So I was pleasantly surprised. It pays to go in with your expectations on the floor. I received a gorgeous gift story for Yuletide that explored Four post-Allegiant, and it convinced me to finally buy the book, which I read in a couple hours this morning (Friday). AllegiantÂ redeemed Insurgent for me. It brought the world together, painfully perhaps, but well. As for plot holes, I found none large enough to drive a truck through, but then, I've been in comics fandoms where these issues are on a whole other level.
So here goes some meta, hitting point by point the issues I was worried about and the stuff that blew me away in this book. From the beginning, I went looking for spoilers because at the end of Insurgent, I felt there was logic fail, and I have little tolerance for that. Spoilers implied there would be plenty.
When we first met Evelyn in book two, several things were quickly established:
- Evelyn loved Tobias.
- As soon as she felt it safe, she reopened communication with him.
- She felt betrayed by the factions specifically because of how they failed her in her personal relationships with Marcus and Tobias.
- Every opportunity, she reached out to her son for reconciliation.
- She was jealous of Tobias' affection and loyalty.
Which is my way of saying, Roth extensively established the background for Evelyn's choosing Tobias over the city. It was beyond believable.
When I wrote up my Insurgent reactions, I noted then that I understood how he could get swept into Jeanine's mindset even though I hated him for it. The interactions between Tris and Caleb in Allegiant are spot-on. Caleb felt guilty and terrible but had been willing to sacrifice his family for what he truly believed was the greater good. I get that.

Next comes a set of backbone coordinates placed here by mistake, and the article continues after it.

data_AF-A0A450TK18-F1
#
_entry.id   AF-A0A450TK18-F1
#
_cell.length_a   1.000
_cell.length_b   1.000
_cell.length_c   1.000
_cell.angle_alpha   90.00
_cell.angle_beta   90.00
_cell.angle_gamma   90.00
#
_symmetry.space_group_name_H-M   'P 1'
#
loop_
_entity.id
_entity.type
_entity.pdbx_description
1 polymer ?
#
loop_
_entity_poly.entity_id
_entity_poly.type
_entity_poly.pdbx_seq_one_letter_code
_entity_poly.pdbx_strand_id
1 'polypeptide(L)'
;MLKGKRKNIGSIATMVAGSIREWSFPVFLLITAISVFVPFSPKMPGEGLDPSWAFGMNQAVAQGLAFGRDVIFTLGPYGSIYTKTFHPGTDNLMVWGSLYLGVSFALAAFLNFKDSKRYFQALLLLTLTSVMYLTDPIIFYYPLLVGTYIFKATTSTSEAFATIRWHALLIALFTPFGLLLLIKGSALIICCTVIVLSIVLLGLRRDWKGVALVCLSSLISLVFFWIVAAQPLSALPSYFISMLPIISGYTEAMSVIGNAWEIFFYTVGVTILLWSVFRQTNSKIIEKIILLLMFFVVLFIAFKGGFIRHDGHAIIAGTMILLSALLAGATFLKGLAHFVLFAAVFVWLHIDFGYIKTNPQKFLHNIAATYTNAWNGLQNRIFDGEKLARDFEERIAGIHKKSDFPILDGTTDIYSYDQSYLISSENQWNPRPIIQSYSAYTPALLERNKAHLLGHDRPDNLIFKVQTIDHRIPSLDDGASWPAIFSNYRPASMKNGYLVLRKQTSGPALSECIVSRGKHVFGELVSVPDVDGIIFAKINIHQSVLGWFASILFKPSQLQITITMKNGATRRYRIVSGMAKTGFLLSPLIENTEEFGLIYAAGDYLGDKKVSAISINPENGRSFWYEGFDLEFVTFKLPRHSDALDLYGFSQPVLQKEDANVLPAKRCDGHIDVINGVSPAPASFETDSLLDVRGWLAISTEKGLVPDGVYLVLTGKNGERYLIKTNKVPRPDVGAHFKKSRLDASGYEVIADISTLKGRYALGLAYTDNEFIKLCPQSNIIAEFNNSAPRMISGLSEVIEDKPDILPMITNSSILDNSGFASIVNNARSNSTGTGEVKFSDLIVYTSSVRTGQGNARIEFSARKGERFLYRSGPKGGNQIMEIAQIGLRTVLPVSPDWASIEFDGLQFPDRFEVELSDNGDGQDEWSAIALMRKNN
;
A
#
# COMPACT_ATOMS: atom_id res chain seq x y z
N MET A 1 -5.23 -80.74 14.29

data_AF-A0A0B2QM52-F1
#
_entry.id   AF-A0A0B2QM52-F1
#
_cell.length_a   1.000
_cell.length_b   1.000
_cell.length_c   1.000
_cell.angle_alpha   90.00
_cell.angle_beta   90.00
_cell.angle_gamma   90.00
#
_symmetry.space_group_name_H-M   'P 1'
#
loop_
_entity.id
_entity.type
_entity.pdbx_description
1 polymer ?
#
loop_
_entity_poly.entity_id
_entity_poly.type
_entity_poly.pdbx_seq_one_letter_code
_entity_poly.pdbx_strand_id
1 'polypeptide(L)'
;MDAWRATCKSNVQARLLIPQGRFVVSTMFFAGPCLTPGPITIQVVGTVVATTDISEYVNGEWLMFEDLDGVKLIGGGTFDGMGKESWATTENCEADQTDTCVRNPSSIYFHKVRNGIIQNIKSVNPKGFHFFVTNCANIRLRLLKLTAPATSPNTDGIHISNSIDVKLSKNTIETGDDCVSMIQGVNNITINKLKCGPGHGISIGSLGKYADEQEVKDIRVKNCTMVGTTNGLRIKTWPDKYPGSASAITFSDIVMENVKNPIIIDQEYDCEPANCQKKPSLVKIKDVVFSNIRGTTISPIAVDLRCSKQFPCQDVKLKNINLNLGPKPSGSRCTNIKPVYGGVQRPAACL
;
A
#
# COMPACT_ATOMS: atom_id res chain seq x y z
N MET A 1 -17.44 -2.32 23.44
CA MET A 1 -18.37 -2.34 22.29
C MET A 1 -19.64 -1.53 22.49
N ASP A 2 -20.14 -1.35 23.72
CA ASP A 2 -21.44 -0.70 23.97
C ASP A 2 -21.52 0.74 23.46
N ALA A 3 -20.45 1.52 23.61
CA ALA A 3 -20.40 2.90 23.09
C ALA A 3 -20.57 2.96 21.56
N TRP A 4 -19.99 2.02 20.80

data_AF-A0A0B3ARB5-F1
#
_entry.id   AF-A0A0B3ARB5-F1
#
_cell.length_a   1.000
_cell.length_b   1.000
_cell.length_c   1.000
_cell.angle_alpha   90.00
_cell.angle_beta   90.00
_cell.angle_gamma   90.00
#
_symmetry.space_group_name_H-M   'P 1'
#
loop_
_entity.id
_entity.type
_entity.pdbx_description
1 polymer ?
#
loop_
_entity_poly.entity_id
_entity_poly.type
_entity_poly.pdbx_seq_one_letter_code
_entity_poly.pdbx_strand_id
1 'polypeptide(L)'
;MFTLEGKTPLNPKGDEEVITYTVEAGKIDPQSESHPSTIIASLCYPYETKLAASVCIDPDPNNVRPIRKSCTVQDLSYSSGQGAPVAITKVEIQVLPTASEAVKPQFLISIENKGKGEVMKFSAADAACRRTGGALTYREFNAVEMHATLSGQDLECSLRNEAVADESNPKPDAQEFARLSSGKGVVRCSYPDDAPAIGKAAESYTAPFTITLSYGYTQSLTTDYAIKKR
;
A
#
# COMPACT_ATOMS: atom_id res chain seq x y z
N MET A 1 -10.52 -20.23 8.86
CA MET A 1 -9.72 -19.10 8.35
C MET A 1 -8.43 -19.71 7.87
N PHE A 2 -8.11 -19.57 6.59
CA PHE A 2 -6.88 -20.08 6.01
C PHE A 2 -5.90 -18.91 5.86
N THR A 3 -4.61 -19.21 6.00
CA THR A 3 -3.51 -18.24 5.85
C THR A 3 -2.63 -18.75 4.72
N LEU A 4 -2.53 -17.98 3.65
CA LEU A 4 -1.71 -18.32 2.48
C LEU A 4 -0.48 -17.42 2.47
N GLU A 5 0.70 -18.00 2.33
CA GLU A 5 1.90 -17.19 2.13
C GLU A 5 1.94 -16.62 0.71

Because of that, the fallout here was perfect. Caleb did need redemption, but the suicide mission wouldn't have given it to him. It would have taken away the time he needed to do the actual hard work of redemption, as it says later in the book of Peter,
"change is difficult, and comes slowly, and that is the work of many days strung together in a long line until the origin of them is forgotten."
That's what Caleb needs and I'm glad Tris gave him the chance to get it. As soon as I read the scene where everyone looks at him and guilts him into "volunteering," all of my insides were screaming this isn't right, this isn't a choice. It's guilt, cold and hard and simple. Tris realized that and finally admitted it and remembered that she promised she wouldn't have walked him to his own execution. If she had allowed Caleb to go through with it, she would have done something horribly despicable and gone against every good part of her there was.
In short, I wasn't sure if the build-up would be well done or not. It was. I believed in the way things played out. It was necessary and not even a little bit. It was downright coldly necessary.
The Death Scene
So someone remarked about how she fights off the death serum and gets taken down by a bullet. WTF?
Again, I get it. After Nita, there was no way on heaven or earth I would have believed there wasn't someone in there guarding. She would've gotten shot at point blank range in the Weapons Lab or outside of it after she deployed the memory serum. Guards just outside the door, remember? Okay, memory serum might have saved her, but I really wouldn't have believed in it. This was a suicide mission, flat-out. I wouldn't have believed in anyone's survival going into that.
It was beautifully done. I hate the result, but I believed in it. 'Nuff said.